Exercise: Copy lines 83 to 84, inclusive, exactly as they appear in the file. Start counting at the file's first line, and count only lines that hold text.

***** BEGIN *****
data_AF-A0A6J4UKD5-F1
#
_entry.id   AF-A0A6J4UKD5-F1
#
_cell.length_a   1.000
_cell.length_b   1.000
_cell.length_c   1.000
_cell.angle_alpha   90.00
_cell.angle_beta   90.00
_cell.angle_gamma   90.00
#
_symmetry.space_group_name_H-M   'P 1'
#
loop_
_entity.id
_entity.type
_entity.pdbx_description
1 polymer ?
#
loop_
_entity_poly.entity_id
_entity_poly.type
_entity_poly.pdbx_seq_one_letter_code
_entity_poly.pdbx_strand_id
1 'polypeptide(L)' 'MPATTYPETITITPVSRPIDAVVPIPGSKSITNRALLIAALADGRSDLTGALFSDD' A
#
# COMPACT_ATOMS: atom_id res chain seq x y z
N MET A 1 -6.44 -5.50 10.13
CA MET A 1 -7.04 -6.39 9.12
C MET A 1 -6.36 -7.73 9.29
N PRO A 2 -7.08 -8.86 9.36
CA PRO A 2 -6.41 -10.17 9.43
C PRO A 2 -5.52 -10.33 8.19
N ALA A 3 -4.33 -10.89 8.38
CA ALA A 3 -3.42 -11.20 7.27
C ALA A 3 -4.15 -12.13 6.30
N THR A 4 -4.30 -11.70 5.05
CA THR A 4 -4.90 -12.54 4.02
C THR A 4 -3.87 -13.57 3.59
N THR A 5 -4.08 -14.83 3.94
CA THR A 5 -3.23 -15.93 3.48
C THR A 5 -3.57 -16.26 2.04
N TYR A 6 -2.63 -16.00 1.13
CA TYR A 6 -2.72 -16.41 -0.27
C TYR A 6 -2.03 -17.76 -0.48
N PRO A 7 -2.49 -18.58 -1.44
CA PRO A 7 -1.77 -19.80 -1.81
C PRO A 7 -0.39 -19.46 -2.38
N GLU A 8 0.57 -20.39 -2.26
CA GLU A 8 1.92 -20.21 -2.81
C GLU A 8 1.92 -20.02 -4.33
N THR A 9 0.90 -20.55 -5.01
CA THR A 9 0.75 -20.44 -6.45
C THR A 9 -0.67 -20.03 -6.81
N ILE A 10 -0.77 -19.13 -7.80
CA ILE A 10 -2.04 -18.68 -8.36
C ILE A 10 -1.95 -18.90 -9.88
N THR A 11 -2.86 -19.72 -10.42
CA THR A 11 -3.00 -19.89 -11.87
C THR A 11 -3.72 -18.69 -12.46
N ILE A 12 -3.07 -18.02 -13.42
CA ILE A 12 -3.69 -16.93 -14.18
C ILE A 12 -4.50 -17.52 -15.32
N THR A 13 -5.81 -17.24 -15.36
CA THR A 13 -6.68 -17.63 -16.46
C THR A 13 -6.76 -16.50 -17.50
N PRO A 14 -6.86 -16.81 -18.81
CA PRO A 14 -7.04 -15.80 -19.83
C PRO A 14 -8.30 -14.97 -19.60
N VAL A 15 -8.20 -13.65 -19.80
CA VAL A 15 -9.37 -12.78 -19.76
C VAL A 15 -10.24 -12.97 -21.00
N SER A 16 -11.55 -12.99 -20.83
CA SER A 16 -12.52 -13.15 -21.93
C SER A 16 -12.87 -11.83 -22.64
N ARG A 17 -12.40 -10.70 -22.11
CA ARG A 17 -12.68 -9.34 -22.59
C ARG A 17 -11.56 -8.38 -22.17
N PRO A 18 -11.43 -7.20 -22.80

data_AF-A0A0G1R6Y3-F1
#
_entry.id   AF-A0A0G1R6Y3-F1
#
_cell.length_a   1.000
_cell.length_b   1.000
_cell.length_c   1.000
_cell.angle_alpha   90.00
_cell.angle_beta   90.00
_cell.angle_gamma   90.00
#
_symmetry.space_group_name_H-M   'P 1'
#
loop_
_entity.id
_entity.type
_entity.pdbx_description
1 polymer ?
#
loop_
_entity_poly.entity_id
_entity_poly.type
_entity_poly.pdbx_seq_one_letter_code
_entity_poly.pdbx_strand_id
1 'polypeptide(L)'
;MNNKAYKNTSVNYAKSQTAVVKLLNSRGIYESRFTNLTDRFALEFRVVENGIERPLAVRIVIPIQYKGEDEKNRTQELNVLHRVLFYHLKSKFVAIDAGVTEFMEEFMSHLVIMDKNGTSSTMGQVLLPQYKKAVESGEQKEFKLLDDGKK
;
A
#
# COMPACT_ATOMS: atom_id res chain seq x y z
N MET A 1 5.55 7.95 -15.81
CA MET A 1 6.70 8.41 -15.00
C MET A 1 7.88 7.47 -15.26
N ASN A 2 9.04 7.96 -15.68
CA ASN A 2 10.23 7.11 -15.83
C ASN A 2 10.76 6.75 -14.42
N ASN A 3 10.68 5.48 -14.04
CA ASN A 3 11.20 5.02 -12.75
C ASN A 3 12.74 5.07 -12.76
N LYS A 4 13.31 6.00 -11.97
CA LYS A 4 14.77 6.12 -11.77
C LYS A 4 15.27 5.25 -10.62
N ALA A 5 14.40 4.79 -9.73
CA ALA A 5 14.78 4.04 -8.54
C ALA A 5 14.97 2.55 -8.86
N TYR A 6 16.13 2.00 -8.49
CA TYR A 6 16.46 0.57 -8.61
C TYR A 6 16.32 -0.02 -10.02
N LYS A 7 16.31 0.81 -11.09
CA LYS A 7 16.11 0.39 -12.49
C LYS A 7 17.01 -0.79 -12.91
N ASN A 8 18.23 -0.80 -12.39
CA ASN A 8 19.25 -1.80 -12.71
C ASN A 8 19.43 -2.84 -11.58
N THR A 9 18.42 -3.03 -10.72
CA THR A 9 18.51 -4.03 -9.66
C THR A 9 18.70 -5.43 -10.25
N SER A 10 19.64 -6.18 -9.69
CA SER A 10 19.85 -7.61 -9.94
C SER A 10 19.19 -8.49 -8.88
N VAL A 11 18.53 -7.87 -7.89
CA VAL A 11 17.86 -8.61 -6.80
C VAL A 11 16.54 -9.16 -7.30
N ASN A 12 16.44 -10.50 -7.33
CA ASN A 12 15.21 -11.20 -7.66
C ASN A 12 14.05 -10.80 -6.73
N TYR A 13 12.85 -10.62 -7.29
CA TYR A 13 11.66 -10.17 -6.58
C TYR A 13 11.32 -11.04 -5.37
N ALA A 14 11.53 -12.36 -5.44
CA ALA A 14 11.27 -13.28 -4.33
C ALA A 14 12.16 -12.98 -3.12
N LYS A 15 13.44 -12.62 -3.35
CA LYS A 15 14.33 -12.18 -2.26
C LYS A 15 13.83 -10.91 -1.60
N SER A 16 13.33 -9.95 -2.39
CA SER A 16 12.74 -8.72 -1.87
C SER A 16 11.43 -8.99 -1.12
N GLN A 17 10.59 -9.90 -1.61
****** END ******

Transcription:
#
_cell.length_a   1.000